Named NFL's Defensive MVP

The Dolphins finished the 2006 season with a 6-10 record, but Taylor was still named NFL Defensive Player (MVP) of the Year by Associated Press sports-writers. Game analysts and even fellow players asserted that Taylor was the rare gridiron star who could win a game single-handedly. He was said to have done just that during the 2006 season when the Dolphins defeated the Minnesota Vikings, 24-20, thanks to Taylor's fifty-one-yard return on an interception that yielded a touchdown.

That season the South Florida media gave Taylor his fourth Dan Marino MVP Award, which honors the record-setting Dolphins quarterback. Taylor and Marino's professional camaraderie evolved into a solid friendship after Marino's retirement in 2000, and Taylor followed Marino's lead in pursuing community investment and enrichment activities in the off-season. In 2004 he established the Jason Taylor Foundation, which funds after-school programs and college scholarships for at-risk youth in South Florida.

Taylor's wife, Katina, plays an active role in the foundation's work. A former Miss Amarillo, Texas, whose brother Zach Thomas was the Dolphins' longtime linebacker, she and Taylor married in 2001. The have three children. In 2006 highly publicized marital problems nearly brought an unexpected end to Taylor's career when he offered to give up football if it was necessary to save their marriage. In the end, divorce papers were withdrawn, and Taylor promised Dolphins management and fans that he had several more seasons in him.

Those Dolphins fans were disappointed, however: In July of 2008 the Dolphins traded Taylor to the Washington Redskins in exchange for two draft picks. "The [Redskins'] defensive line has really brought me in and made me one of their own" he told Ethan J. Skolnick in the South Florida Sun-Sentinel. "They like veterans, and they don't make you feel like an old man."

At a Glance …

Born Jason Paul Taylor on September 1, 1974, in Pittsburgh, PA; married Katina Thomas, June 2001; children: sons Isaiah and Mason, daughter Zoe. Education: University of Akron, 1992-96.

Career: Miami Dolphins, defensive end, 1997-2008; Washington Redskins, defensive end, 2008—. Established the Jason Taylor Foundation, 2004. Appeared on the ABC television series Dancing with the Stars, 2008.

Memberships: Screen Actors Guild.

Awards: Dan Marino MVP Award, 2000; 2002, 2004, 2006; NFL Defensive Player of the Year, 2006; Walter Payton Man of the Year Award, 2007.

Addresses: Home—Weston, FL. Office—c/o Jason Taylor Foundation, 510 Shotgun Rd., Ste. 520, Sunrise, FL 33326.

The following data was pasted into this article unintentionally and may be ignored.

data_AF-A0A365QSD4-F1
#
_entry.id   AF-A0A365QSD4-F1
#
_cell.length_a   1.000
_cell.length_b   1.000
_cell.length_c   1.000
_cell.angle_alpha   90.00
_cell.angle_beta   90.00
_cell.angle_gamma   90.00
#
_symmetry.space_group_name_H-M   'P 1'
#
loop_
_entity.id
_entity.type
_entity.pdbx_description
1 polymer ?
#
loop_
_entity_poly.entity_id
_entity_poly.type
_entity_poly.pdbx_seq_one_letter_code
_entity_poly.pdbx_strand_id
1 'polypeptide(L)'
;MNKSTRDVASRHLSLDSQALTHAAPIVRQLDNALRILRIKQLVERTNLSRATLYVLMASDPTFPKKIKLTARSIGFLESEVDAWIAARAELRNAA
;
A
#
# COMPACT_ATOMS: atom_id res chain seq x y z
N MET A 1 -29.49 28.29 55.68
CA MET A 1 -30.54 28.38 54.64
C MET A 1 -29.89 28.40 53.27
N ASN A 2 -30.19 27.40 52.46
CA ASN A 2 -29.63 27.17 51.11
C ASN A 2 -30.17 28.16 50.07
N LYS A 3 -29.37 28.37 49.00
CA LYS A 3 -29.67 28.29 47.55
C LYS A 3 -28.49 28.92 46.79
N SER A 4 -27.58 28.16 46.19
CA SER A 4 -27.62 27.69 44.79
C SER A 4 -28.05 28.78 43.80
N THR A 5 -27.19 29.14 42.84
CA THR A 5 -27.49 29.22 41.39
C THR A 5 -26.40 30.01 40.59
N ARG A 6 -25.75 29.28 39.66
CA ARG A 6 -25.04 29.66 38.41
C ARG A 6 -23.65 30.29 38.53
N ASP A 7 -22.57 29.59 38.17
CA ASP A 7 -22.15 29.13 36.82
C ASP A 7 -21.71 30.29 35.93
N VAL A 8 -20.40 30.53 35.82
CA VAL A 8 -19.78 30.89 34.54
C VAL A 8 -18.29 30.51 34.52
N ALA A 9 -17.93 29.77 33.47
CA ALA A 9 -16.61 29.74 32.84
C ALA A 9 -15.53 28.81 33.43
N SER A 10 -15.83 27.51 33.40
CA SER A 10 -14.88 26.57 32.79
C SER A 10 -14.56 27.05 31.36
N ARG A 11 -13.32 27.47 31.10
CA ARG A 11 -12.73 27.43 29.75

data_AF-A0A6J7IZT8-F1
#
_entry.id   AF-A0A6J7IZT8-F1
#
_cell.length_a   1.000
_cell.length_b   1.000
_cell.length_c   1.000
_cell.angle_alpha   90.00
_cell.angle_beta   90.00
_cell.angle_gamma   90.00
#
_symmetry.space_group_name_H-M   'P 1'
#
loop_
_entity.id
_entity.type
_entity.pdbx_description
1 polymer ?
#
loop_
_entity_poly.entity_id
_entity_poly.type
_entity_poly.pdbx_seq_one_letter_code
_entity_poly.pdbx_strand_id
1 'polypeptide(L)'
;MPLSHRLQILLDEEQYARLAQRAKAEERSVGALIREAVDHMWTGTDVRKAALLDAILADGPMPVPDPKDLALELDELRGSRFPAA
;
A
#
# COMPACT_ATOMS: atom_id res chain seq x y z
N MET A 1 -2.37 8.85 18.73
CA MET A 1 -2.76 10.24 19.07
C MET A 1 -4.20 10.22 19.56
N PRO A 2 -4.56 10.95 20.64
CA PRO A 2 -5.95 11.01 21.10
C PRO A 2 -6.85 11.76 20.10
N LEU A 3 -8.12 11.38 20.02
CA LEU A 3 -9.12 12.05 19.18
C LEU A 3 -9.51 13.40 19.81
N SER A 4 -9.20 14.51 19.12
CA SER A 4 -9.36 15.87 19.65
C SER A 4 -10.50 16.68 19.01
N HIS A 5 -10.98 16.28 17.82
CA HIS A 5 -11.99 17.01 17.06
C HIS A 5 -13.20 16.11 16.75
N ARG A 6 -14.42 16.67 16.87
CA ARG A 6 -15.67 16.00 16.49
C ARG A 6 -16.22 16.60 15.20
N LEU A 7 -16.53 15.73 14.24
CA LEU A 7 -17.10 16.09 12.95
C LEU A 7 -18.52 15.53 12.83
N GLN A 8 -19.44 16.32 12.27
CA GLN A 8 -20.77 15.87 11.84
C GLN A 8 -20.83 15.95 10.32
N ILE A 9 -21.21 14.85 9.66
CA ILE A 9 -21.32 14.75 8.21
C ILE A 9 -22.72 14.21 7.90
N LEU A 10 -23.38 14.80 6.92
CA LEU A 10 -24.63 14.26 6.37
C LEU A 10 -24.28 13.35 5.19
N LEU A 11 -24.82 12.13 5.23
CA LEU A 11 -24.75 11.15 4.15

Danced in Television Competition Series

Taylor's off-season activities have included acting classes in the Los Angeles area and representing men's skin-care products made by Neutrogena. Despite his imposing size, he made a surprisingly graceful showing in the reality-television competition Dancing with the Stars in March of 2008. Paired with Edyta Sliwinska, a professional ballroom dancer from Poland, Taylor executed some difficult dance moves as the season progressed, including the samba, rumba, foxtrot, and waltz. Their scores kept improving as the weeks progressed, and they wound up in second place behind figure-skating champion Kristi Yamaguchi and her dance partner, Mark Ballas. A writer for Daily Variety followed the contestants' training schedule for one week, during which Taylor and Sliwinska logged eight-hour days. "I've never cha-cha'd in my life and I've got a week to make it look like I know what I'm doing. That's tough," he told the trade journal's Jerry Rice. Sliwinska was responsible for teaching him the steps and had the authority to extend practices past the twelve-hour mark. "She's the toughest coach I've been around," Taylor assured Rice.



Akron Beacon Journal, December 24, 2004.

Daily Variety, May 6, 2008, p. A2.

Football Digest, November 2003, p. 18.

New York Times, December 26, 2002, p. C8.

South Florida Sun-Sentinel (Fort Lauderdale, FL), August 17, 2008.

Sports Illustrated, September 28, 1992, p. 10; June 25, 2007, p. 68.

—Carol Brennan

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Taylor, Jason

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Taylor, Jason